The vote followed a failed Russian effort at the UN Security Council on Wednesday to pass a resolution on Ukraine that urged humanitarian aid to the country without mentioning Russia’s invasion. Only China joined Russia in voting for that resolution, as 13 countries abstained.
Latvian president calls for cutting off Russian energy imports
In principle there is a clear decision we should “cut off” Russian oil and gas deliveries, Latvian President Egils Levits said in an interview with Bloomberg TV. “We should pay for our freedom and our independence.”
Paying in dollars or euros is better than “paying in blood”, Levits said. Latvia, which gets most of its natural gas from Russia, has gas reserves and can buy LNG to replace Russian gas, he said.
Zelensky calls on G7 to back more Russia sanctions
Ukrainian President Volodymyr Zelensky asked G7 nations to strengthen sanctions on Russia. Speaking in a video address to the group, he also called for more weapons deliveries to his nation and urged the group to participate in creation of new security guarantees for Ukraine.
Finnish premier says anything can be expected of Russia
Asked about the potential that Russia might use chemical weapons, Finland’s Prime Minister Sanna Marin said there’s reason to be concerned.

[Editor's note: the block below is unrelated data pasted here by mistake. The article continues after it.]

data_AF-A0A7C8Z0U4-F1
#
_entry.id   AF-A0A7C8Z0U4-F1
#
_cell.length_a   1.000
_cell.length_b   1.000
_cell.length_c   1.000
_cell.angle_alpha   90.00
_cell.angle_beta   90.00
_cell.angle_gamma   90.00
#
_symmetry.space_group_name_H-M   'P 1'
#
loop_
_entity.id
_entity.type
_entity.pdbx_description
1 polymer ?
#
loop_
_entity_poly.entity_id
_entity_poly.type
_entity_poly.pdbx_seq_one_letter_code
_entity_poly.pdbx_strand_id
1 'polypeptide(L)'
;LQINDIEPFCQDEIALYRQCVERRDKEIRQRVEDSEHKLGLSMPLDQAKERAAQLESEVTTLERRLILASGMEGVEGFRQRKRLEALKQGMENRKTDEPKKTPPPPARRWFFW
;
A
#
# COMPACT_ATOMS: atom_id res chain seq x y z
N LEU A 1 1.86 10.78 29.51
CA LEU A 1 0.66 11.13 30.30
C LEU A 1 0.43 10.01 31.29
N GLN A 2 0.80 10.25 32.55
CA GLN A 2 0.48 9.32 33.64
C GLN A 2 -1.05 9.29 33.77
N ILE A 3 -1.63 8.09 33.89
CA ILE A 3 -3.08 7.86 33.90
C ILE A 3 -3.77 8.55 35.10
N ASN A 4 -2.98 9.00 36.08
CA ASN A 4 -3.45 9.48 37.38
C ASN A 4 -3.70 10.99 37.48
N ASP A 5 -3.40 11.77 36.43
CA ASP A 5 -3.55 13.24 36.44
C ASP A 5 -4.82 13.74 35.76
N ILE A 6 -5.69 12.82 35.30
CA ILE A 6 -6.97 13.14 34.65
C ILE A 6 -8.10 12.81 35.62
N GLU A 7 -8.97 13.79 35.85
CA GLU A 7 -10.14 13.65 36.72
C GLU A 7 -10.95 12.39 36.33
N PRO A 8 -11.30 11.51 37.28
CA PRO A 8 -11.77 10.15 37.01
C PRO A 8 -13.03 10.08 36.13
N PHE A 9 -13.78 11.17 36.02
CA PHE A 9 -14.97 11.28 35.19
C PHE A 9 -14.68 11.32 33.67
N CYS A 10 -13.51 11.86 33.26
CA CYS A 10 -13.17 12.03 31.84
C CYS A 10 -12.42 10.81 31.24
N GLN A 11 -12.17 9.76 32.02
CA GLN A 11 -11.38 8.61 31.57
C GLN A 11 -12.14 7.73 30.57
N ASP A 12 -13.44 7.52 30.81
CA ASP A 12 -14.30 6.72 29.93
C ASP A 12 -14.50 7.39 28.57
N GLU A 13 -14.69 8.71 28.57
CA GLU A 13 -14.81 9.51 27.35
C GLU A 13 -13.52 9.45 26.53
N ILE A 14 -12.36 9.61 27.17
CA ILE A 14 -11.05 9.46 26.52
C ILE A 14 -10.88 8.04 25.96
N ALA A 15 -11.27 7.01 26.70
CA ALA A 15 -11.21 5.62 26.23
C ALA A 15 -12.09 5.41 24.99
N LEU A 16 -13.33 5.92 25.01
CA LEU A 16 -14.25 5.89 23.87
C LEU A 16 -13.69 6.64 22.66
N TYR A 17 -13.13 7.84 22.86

“Russia has, through its actions, shown it is capable of anything and that it follows no international rules that it has previously committed to, so yes, anything can be expected of Russia,” said Marin, whose home country of 5.5 million people has the EU’s longest border with Russia. “We need to have a discussion on how we would react in such a case.”
Leaders are “united in the willingness to tighten sanctions, and especially to look for all the loopholes, which currently weaken the impact of sanctions,” she said. “We want to ensure they really work.”
Latvian premier says energy sanctions are a serious option
Latvian Prime Minister Krisjanis Karins said EU leaders should look at imposing temporary restrictive measures on Russian energy products.
“I will argue again tonight that we have to look at serious energy sanctions as well because this is the main source of income for the Russian government,” Karins told reporters in Brussels before a meeting with his EU counterparts. “I think the most logical place to move forward is oil and coal.”
Pentagon says other nations free to send aircraft
The Biden administration has no objection to other nations sending aircraft to Ukraine even as it continues to believe that Russia would see a US transfer of planes as an escalatory move, Pentagon spokesman John Kirby said.
“One thing is for sure: The United States has not put a veto on other nations who may want to provide aircraft to the Ukrainian armed forces,” Kirby said on Bloomberg Television from the Nato summit in Brussels. “President Zelensky says he wants them and individual nations can make those sovereign decisions.”
In an appearance on Fox News, Kirby said Defense Secretary Lloyd Austin and Joint Chiefs Chairman Mark Milley had been spurned in efforts to communicate directly with their Russian counterparts to convey concerns about the Ukraine invasion.